Two of the most influential rock bands in Minnesota history just happened to hit the scene at the same time. Hüsker Dü exploded out of the Macalester College campus, while the Replacements crawled up from South Minneapolis. Formed in 1979, both groups became legends with international cult followings.
Lots of people were fans of both, and lots are still fans of both. You don’t have to choose…except, you kind of Dü. Which band do you stan for? Let’s consider their respective achievements.
In the words of the Replacements’ frontman and principal songwriter Paul Westerberg, “I.O.U. nothing.” There were no guarantees when you went to see a Replacements show, and their booze-soaked gigs were as much performance art as they were concerts. The band would often bang through a series of songs with little regard for what the audience expected, with deliberately provocative stunts that helped ensure that while you’d never forget the show, you might wish you could.
They were infamously banned from Saturday Night Live after taking to the airwaves intoxicated in 1986, and they would often invite their roadie Bill Sullivan up on stage to sing Alice Cooper’s “I’m Eighteen.” It’s testament to the band’s shambolic appeal that when Rolling Stone reviewed a 1989 Tom Petty tour, one of the first things the story mentioned was Sullivan’s solo during the Replacements’ opening set.
Hüsker Dü, on the other hand, were ferociously organized. They upped the ante for frantic energy, smashing through their sets with a momentum that would make Guided By Voices look like the Grateful Dead by comparison. They were among the stalwarts of the short-lived but pivotal scene at Jay’s Longhorn Bar, and when they took their show on the road, the pace didn’t slacken.
Like the Replacements, Hüsker Dü also helped define the aesthetic of the 7th St Entry, a venue they encouraged First Avenue to open for the benefit of the burgeoning local rock scene. Their 1980 live album recorded there, Land Speed Record, became such a landmark that the Walker Art Center later released an album consisting entirely of drummer Yusif del Valle replicating Grant Hart’s drum parts.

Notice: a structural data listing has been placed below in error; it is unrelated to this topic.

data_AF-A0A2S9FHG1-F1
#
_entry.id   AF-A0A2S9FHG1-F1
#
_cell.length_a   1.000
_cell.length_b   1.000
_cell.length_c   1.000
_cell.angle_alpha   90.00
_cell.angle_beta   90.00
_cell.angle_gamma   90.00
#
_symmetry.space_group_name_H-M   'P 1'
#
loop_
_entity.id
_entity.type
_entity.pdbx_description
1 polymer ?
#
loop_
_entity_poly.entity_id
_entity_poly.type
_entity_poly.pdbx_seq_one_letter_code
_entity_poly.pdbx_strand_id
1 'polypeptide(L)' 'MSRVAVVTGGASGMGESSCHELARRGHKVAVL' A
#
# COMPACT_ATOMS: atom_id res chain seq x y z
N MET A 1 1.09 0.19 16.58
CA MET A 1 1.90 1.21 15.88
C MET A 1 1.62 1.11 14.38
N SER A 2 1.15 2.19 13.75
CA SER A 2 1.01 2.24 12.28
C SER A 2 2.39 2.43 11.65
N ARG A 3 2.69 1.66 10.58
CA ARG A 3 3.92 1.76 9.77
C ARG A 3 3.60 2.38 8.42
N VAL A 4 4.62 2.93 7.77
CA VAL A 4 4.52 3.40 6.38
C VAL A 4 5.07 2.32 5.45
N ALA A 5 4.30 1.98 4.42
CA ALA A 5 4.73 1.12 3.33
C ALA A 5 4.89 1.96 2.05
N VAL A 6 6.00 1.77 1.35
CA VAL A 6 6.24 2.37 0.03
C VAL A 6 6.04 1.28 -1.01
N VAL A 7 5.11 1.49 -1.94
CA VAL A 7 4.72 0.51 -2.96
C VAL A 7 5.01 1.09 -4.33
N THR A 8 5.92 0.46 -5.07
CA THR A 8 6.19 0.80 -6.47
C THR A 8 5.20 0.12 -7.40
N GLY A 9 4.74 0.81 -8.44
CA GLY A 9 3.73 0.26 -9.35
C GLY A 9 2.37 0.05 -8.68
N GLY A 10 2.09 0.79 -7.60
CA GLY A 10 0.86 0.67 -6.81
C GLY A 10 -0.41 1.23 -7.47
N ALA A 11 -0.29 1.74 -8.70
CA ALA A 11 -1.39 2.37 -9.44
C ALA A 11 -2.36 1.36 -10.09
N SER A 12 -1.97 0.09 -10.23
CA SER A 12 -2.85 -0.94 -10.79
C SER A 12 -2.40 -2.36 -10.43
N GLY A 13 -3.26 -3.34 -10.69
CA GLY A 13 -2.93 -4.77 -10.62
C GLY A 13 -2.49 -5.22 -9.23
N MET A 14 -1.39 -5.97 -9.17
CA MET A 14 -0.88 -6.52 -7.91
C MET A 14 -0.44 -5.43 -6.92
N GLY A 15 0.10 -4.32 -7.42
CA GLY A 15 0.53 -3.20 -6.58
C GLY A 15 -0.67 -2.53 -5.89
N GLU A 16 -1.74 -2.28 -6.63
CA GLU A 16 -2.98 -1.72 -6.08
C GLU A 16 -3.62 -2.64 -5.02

Edge: Hüsker Dü
Hüsker Dü had the benefit of two great songwriters: guitarist Bob Mould and drummer Grant Hart. The duo’s creative tension helped shape the band’s sound and spirit, and their greatest albums contain outstanding contributions from both.
The double album Zen Arcade (1984) may be the quintessential Hüsker Dü record, an exhilarating, almost overwhelming collection following the rough narrative of a young man on the run. It was so influential that when Spin set out in 1995 to rank the 100 all-time great alternative albums, Zen Arcade landed at number four, ahead of both Nirvana’s Nevermind and Patti Smith’s Horses.
The following year’s New Day Rising was slightly more accessible, with standout Mould tracks including “I Apologize” and “Celebrated Summer.”
Meanwhile, the Replacements also released their defining album in 1984: Let It Be, with an iconic cover photograph by Daniel Corrigan that had the quartet sitting on the porch roof at the Uptown Minneapolis house where band members Bob and Tommy Stinson grew up. The LP captured the mad energy of the band’s early years, but also found Westerberg coming into newfound maturity as a songwriter.
The ’Mats made their major label debut with Tim (1985), an album with no weak link. With songs like “I Will Dare,” “Unsatisfied,” “Sixteen Blue,” “Bastards of Young,” and “Little Mascara” already in their repertoire between Let It Be and Tim, 1987’s Pleased to Meet Me added “Alex Chilton” and “Can’t Hardly Wait.”